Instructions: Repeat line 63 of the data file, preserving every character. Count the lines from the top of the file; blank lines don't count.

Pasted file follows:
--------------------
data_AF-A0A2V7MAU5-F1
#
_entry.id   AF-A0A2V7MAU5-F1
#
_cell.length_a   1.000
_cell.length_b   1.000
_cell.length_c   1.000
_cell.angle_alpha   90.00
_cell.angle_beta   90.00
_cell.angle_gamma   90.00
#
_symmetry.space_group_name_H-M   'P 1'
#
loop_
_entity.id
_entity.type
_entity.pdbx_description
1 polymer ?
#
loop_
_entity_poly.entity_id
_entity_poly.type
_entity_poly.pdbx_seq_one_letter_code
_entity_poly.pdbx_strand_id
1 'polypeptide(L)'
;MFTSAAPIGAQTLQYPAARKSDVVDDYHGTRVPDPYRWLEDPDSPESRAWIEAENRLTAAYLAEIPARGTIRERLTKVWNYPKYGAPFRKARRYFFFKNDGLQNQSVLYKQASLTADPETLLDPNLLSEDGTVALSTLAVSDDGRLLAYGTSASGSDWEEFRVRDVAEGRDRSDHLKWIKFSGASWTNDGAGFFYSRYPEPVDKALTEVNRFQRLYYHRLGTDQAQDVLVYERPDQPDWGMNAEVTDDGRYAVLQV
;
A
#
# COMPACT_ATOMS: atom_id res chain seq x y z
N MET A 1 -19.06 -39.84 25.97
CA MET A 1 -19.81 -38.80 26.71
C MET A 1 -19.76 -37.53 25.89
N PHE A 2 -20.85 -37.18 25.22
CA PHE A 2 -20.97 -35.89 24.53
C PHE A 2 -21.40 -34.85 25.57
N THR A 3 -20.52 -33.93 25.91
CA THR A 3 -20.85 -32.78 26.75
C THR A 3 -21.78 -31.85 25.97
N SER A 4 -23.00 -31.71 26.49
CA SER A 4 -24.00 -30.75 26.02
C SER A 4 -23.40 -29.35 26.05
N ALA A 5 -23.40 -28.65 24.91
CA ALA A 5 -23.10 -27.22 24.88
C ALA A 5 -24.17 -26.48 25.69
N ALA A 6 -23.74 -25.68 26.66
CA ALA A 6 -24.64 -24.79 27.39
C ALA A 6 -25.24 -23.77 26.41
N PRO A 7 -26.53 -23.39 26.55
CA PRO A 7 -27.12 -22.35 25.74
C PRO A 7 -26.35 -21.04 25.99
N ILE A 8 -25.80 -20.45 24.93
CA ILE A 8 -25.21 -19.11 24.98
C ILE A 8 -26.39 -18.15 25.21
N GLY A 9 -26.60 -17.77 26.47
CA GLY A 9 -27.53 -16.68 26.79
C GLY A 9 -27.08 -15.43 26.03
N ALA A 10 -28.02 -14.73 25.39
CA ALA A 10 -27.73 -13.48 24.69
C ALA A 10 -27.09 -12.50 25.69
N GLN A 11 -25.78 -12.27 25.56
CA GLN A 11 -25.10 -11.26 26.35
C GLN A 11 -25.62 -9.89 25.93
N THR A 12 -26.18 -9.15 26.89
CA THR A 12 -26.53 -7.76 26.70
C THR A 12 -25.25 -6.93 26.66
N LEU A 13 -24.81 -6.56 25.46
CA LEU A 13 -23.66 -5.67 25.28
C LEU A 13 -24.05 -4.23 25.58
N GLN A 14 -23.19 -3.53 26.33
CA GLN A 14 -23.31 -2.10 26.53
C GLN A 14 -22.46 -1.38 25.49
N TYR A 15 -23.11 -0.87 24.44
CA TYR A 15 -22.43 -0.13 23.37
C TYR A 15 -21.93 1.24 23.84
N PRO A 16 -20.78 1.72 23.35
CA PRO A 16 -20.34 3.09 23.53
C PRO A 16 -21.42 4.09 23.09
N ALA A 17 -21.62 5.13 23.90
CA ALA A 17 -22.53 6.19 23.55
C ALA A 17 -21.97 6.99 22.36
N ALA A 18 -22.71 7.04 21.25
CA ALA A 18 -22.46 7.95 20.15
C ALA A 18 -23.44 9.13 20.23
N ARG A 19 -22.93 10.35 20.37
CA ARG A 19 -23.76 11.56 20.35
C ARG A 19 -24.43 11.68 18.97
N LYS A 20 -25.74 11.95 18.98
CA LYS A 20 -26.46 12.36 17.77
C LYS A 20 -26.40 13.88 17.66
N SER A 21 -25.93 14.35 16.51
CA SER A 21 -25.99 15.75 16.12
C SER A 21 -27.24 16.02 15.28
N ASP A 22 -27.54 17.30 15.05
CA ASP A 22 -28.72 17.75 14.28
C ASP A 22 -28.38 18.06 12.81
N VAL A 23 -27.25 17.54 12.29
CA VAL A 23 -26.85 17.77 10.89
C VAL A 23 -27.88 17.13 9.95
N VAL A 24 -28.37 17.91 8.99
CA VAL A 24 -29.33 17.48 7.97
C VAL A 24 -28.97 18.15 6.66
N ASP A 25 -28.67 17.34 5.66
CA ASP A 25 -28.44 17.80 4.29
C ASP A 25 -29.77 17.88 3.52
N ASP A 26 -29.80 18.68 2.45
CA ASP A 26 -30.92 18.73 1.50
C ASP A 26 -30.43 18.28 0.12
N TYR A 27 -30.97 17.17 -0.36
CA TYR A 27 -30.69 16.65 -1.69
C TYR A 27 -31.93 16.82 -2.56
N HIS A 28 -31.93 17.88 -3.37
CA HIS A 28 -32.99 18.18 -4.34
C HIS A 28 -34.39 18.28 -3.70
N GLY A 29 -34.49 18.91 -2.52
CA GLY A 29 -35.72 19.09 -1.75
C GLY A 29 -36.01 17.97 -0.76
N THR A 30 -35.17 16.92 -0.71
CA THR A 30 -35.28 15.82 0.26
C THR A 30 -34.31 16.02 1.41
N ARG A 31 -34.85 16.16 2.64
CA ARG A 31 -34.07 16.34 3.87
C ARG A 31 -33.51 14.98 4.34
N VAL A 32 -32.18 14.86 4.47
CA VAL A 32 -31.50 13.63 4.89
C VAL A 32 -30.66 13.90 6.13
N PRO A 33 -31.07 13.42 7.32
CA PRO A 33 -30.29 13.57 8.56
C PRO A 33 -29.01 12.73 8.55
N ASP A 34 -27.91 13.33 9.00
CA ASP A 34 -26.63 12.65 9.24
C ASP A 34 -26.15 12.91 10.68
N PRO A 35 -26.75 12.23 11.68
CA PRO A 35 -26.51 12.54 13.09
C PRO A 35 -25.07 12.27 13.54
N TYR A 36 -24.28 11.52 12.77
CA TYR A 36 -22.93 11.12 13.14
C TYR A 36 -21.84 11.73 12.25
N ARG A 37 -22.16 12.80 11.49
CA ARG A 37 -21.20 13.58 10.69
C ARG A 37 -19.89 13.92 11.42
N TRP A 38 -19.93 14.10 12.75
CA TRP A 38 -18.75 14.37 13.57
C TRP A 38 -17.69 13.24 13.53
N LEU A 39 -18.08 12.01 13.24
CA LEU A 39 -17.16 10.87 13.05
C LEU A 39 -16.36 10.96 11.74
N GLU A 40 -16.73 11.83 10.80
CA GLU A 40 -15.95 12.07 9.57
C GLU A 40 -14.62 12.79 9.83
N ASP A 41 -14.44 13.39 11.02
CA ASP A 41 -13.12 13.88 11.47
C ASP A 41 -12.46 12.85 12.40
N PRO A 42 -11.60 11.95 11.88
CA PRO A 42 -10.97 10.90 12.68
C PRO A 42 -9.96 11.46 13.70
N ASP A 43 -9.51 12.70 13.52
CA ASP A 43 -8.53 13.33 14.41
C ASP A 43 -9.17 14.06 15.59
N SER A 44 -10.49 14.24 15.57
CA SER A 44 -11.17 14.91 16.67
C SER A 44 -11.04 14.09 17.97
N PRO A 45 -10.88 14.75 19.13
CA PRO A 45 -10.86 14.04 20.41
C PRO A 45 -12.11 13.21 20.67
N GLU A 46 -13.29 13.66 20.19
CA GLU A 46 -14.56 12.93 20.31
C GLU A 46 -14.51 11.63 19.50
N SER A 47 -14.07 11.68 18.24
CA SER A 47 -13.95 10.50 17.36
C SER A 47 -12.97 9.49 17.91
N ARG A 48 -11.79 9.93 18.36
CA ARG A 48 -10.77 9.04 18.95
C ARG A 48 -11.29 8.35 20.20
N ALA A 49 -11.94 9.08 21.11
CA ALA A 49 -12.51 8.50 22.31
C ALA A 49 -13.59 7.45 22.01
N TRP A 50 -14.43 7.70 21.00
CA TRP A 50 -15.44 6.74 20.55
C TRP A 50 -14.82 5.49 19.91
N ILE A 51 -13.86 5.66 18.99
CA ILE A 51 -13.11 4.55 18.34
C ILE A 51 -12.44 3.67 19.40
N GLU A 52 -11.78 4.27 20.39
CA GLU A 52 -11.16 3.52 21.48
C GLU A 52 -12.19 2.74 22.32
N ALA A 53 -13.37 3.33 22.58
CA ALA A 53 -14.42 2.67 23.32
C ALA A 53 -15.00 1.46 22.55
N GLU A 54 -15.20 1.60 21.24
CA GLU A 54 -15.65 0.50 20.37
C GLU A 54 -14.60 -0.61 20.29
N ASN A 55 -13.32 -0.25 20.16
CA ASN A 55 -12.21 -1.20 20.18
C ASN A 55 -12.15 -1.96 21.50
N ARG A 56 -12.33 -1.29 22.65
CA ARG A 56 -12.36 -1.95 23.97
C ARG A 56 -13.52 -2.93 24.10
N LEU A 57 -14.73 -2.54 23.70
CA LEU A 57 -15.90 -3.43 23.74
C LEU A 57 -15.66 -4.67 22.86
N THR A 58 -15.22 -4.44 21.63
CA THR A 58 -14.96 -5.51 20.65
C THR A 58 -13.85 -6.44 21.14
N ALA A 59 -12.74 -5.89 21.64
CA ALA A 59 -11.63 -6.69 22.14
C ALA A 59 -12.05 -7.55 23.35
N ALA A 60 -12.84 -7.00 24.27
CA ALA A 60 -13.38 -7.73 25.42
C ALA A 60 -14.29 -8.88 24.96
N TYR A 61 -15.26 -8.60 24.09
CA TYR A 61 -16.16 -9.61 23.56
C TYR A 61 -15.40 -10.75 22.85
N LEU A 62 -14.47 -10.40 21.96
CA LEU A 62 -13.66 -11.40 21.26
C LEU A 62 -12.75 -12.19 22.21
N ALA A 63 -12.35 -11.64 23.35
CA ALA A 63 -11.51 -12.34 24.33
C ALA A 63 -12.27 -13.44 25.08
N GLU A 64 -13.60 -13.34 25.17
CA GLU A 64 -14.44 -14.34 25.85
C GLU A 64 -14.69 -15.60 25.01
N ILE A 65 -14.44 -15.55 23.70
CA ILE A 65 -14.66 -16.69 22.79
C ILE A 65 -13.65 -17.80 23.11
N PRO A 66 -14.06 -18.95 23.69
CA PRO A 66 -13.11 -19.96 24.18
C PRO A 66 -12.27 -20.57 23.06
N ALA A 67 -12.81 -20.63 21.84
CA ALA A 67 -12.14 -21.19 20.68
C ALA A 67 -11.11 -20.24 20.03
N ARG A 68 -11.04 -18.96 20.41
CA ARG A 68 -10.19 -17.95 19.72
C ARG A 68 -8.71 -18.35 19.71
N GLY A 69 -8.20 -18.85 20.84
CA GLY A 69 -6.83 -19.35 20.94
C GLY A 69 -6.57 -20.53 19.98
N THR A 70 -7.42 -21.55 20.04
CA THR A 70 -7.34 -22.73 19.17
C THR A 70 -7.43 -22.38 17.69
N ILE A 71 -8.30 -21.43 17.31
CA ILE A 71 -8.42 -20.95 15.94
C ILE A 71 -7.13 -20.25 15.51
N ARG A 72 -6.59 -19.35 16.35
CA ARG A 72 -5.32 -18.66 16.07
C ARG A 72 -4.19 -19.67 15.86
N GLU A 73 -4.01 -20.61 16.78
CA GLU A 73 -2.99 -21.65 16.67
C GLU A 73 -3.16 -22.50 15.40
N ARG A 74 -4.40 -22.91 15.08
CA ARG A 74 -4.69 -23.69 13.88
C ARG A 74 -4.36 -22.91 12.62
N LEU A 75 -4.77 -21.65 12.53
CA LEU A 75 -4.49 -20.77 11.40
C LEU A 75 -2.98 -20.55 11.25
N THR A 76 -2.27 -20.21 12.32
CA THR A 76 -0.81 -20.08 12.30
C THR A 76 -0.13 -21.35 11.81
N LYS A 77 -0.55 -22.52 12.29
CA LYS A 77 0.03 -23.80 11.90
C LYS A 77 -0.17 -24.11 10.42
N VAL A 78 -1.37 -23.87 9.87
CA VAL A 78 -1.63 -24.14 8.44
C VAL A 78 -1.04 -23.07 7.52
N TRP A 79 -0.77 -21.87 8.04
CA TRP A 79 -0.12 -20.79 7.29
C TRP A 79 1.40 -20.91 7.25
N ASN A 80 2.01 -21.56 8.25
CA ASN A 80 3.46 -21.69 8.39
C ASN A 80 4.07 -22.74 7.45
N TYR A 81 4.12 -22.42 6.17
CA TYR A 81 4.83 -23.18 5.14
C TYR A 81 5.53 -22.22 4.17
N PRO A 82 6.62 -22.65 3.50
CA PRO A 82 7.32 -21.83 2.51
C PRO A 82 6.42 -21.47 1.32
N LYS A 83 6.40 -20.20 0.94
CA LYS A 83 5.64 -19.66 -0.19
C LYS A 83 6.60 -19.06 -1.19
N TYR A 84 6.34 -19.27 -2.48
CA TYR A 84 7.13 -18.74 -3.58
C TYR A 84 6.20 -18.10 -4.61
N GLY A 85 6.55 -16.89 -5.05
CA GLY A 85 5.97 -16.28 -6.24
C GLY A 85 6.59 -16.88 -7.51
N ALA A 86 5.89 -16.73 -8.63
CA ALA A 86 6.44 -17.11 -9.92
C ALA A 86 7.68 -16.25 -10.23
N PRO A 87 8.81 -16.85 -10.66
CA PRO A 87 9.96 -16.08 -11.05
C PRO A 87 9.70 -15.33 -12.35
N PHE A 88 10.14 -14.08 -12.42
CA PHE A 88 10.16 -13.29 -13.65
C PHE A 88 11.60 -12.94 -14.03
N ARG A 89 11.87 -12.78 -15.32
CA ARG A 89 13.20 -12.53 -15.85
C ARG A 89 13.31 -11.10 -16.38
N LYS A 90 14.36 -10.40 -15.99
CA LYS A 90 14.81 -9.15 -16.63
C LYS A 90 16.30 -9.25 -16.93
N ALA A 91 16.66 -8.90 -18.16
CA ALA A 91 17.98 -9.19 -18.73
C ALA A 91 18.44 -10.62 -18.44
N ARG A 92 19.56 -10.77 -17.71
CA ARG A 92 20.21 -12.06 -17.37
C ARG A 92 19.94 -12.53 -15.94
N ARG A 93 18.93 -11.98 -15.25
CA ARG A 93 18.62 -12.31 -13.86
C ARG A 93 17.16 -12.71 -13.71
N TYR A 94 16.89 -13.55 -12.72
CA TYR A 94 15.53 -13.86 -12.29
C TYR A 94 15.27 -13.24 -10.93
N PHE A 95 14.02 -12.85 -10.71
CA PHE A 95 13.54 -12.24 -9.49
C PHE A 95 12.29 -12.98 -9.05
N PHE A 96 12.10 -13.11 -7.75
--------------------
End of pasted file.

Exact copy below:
C GLN A 11 -25.62 -9.89 25.93